Snoop Dogg Makes Cookout Music For The Soul With 'Bush' LP [@snoopdogg]
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Snoop Dogg; Bush
2015 ; Doggystyle/Columbia
BUY: iTunes | Amazon

Snoop Dogg is a king of reinvention.

The 43-year-old Doggfather began his career erstwhile penning hooks and verses in a marvelous sonic lane and has evolved into pimp, porn producer, reggae singer and reality TV family man. Whenever Snoop has gotten himself drawn into creating for a younger class, he tip toes back to his own influences, those fuzzy VHS ready, tape-the-performance-from-Soul-Train acts such as The Gap Band, The Whispers, Parliament Funkadelic, The Dramatics and more.

He’s had The Dramatics shimmer and delight on “Doggy Dogg World” from Doggystyle, gainfully kept Charlie Wilson within arms reach for a hook or two and two Decembers ago, reached back into the Zapp! portion of his influence trick bag with DaM-FunK for 7 Days Of Funk. He’s an influencer, one who has commandeered genres and hallmarks like it’s non one’s business. Ape Slick Rick’s sleeping hat and prose for Kendrick Lamar’s “Institutionaltized”? Check. Roll with Charlie Wilson & Pharrell Williams for an ’80s R&B throwback “Peaches N Cream”? Ditto. What Snoop is moving into now with his thirteenth studio effort BUSH is the cookout scene, mid-summer funk that comes with a pristine list of guests for the soundtrack. Frankie Beverly & Maze before. Tuxedo now. Snoop possibly forever.

Eleven years ago, Snoop teamed with Pharrell Williams (who serves as executive producer for BUSH) for “Drop It Like Its Hot”, the lead single from R&G: The Masterpiece, cementing Williams and by extension The Neptunes as the producers who’ve given Snoop his best material to work with since Dr. Dre and the hey day of g-funk. Both parties play it safe for much of BUSH, ringing together collaborations from Stevie Wonder & Charlie Wilson on one spectrum and Kendrick Lamar with Rick Ross on another. It’s cookout music & much like his effort with DaM-FunK from two years ago, it’s an enjoyable play on the music of yesteryear.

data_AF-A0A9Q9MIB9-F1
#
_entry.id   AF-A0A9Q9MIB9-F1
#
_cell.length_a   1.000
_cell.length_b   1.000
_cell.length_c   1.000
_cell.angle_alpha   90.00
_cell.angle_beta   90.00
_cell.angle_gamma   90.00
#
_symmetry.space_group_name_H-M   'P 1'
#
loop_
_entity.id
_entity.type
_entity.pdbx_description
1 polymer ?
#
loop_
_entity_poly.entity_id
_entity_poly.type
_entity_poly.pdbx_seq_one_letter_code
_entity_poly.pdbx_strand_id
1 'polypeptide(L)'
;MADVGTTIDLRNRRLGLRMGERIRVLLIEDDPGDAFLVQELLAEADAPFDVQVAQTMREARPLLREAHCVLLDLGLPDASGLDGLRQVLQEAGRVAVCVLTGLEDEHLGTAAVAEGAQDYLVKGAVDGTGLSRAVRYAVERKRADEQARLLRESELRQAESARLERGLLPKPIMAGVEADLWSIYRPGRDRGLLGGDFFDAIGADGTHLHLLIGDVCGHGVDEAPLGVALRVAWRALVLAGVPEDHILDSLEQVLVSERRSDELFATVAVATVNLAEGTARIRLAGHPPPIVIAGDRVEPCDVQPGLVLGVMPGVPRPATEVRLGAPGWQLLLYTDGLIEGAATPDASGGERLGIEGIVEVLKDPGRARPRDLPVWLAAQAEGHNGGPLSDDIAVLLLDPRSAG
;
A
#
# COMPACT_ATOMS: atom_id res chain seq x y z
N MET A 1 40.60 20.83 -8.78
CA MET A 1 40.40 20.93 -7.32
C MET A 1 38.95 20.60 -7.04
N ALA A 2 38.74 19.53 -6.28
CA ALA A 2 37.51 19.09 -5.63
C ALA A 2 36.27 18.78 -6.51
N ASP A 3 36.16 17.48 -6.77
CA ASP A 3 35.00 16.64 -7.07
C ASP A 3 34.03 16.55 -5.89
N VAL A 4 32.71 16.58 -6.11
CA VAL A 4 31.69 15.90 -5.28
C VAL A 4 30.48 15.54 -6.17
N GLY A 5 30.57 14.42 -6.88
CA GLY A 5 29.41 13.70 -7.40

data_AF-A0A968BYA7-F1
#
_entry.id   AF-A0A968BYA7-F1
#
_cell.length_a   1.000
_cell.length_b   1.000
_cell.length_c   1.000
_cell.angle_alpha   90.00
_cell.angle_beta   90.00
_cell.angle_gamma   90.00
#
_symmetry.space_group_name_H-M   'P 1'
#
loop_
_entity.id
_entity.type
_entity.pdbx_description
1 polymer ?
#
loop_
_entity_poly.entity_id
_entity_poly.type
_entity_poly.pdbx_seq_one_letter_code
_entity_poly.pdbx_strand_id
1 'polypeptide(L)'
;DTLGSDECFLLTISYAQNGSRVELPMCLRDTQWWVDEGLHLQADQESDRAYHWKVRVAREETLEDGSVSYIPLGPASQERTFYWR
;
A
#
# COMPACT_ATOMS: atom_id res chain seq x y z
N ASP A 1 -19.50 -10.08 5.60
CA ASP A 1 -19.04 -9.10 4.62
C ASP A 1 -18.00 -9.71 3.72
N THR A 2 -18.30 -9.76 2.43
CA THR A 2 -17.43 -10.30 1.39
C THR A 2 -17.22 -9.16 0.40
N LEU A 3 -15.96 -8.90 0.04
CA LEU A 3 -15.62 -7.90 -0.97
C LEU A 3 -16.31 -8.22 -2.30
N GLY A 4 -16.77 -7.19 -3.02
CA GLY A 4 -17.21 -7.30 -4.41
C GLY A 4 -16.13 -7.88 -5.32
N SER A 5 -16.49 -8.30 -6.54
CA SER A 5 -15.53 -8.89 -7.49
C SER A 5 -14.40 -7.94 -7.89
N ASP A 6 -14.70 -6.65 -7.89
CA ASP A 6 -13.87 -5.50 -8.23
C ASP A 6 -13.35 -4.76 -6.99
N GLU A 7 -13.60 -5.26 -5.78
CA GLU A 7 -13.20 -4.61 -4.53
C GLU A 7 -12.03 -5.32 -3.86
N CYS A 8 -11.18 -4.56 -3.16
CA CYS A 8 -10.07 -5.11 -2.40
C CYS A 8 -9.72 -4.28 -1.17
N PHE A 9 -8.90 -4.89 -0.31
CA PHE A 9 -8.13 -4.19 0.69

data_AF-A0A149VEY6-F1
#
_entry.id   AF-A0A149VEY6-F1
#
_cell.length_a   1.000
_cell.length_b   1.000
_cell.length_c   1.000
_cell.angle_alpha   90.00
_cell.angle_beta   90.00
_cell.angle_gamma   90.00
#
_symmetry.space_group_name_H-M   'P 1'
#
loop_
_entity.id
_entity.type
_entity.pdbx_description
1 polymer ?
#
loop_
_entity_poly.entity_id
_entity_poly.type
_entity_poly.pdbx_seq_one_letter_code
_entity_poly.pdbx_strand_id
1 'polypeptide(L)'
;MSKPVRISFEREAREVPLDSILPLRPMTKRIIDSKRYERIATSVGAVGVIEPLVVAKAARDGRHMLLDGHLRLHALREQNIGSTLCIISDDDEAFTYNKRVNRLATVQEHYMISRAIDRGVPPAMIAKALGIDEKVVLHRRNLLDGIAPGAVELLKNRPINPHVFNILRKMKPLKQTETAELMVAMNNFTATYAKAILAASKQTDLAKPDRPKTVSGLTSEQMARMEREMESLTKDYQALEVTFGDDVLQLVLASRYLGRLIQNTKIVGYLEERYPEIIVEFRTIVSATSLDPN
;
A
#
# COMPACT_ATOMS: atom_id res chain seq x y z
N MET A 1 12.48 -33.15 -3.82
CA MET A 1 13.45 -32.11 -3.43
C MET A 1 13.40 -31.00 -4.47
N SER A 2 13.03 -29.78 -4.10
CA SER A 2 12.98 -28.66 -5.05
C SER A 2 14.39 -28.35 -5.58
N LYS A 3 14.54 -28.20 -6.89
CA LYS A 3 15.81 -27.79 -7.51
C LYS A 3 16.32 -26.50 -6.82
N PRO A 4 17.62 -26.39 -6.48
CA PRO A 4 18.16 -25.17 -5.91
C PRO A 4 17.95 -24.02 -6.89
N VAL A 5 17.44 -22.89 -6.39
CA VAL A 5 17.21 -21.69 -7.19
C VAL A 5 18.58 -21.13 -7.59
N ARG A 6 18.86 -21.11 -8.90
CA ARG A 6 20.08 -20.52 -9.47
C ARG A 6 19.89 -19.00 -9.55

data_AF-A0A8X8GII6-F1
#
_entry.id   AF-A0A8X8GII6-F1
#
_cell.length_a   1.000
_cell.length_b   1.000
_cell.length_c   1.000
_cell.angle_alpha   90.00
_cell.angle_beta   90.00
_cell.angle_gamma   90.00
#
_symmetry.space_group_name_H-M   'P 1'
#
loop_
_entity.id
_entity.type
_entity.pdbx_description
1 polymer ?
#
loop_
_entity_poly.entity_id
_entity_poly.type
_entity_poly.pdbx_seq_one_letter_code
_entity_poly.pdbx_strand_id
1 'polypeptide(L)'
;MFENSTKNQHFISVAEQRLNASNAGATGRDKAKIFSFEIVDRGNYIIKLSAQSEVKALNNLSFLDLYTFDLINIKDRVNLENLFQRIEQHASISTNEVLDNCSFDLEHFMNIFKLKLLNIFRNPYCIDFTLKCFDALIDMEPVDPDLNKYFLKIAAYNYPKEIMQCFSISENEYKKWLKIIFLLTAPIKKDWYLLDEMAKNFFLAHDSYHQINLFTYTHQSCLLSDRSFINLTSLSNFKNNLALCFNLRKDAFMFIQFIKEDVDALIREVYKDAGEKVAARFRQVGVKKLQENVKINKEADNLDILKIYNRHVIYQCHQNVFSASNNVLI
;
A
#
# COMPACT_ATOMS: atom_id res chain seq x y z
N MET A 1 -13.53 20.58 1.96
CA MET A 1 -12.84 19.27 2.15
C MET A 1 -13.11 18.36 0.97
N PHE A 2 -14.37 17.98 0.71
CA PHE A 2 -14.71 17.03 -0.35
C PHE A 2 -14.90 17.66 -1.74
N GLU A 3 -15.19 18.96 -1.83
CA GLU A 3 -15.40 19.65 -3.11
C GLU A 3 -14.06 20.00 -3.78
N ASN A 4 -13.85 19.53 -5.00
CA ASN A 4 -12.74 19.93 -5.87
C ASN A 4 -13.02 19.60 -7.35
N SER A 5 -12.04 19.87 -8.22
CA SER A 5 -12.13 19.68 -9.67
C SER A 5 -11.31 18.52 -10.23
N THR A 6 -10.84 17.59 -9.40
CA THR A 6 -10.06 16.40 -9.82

“Peaches N Cream” is indelible enough but tracks like “California Roll” & “So Many Pros” only keep the momentum going. As variegated as it may seem with Snoop getting to almost a groove as laid back as him, there are a few minor lulls here. “I’m Ya Dogg,” the album’s closer with Rick Ross & Kendrick Lamar falters a bit. Snoop, never the best crooner in the world even though he made “Sexual Eruption” some years back drifts a bit sleazy cool uncle on “R U A Freak?”. Not the most memorable moment but what Bush lacks in lyrics, Williams and Snoop tag team to create gorgeous soundscapes, vibrant and colorful.

What did Parliament mean to Snoop? They meant basslines, they meant groove and enough inspiration that the ghost of Marvin Gaye can rest easy. A throwback album is what Snoop & Pharrell wanted. BUSH got them there.

Hear the album for yourself here.